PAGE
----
JEFFERSON CITY _ A classic filibuster over abortion shut down the Missouri House for most of this past week (the week of April 11).
But it was in a chamber where filibusters are not supposed to happen _ the House of Representatives.
Representatives hummed satirically as their colleague recited Patrick Henry's "Give me Liberty or Give me death" speech.
Abortion opponents are staging the filibuster in an effort to force the leadership to allow House action on an anti-abortion bill passed by the Senate.
Abortion opponents show no signs of backing down from their filibuster when the House adjourned for the weekend Thursday (April 13), although they did allow action on a three budget bills.
"There is no question this is becoming a one-issue session," said Rep. Bill Luetkenhaus, D-Wentzville, who helped stall the legislature.
In fact, abortion has become such an all-encompassing issue that House Speaker Bob Griffin said the sole thing he is concerned about passing is the budget, indicating that little else might get done.
The legislative session still has four weeks to go and during this time the House usually considers the more controversial issues.
The bill that spurred the filibuster would require women to prove they have been offered counseling on their options before having an abortion.
Opponents of the bill say they fear these counselors would have an agenda and that it is insulting to women to make them get this "permission slip."
The bill was approved by the Senate earlier this month. When it got to the House, it was assigned by Griffin to the House Judiciary Committee whose chairman, Gary Witt, has suggested he might not even hold a vote on the bill.
The first opportunity for any sort of compromise will arise Tuesday, when the Judiciary Committee has scheduled a meeting on the abortion bill.
Top legislative leaders _ the House Speaker and the Senate President Pro Tem _ as well as the governor, support abortion rights.
However, abortion opponents have demonstrated they have a clear majority in both chambers.
And with a majority in the House, the leadership cannot get the votes to shut off the filibuster.
It's the ideal setting for grid lock.
The leadership can stop the anti-abortion bill from being considered, as Griffin has done.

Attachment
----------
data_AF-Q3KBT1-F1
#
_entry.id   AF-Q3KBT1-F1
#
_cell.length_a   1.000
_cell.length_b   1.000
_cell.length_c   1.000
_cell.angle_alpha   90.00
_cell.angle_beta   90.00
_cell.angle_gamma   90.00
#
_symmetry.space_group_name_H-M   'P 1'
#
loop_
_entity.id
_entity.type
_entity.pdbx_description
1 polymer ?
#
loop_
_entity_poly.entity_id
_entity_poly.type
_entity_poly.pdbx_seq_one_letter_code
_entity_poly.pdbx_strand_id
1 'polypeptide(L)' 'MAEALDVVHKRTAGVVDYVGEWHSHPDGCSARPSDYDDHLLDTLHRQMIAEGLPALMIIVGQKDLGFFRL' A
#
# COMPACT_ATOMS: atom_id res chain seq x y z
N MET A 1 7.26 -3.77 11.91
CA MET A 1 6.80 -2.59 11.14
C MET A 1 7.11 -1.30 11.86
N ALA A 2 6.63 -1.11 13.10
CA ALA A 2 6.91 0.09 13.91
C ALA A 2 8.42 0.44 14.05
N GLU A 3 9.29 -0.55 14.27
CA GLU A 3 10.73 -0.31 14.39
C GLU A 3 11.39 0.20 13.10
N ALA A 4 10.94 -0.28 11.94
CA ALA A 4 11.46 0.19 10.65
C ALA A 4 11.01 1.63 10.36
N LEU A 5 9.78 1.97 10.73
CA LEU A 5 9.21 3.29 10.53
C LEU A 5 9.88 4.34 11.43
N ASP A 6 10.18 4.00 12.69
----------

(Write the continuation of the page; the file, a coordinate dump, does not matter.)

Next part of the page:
But the membership can halt action on everything, as representatives are now doing.
If neither side is bluffing and if neither side blinks by the May 12 adjournment, the session could be effectively shut down on this one issue.
Assistant Majority Leader Wayne Crump, D-Potosi, attacked the leaders of the filibuster for holding up passage of other important legislation.
But Rep. David Reynolds, D-St. Louis County, said the abortion issue was just as important to the state as other bills.
"We've been accused of playing games, not taking this job seriously and trying to destroy the Democratic party," Reynolds said. "All of you have some item that you feel is very important. If we don't respect life, we don't respect anything."
Rep. Ken Jacob, D-Columbia, an abortion-rights supporter, said the abortion-restriction bill should be debated on the floor. But he questioned the tactics.
"I think the strategy that they are using is wholly inappropriate," Jacob said. "There are lots of important issues that we have to deal with and whether that bill passes or not is not going to make a whole lot of difference. Their issue isn't going to be solved by this bill. That issue rests with the Supreme Court primarily. If we want to change that, get a new president, wait until the other ones die."
The anti-abortionists said the filibuster was their last resort. They said they met with Griffin before the filibuster and he had refused to compromise.
"The object is not to kill bills," said Rep. Pat O'Connor, D-St. Louis County. "When a compromise is reached, we will proceed."
But Jacob urged the filibuster leaders to consider the impact of their actions.
"I'd like to ask that when we have a bill before us that we don't let the issue of abortion decide whether or not we pass these bills," Jacob said. "I'm not trying to use my extreme feelings about an issue to stop what we have all been elected to do here."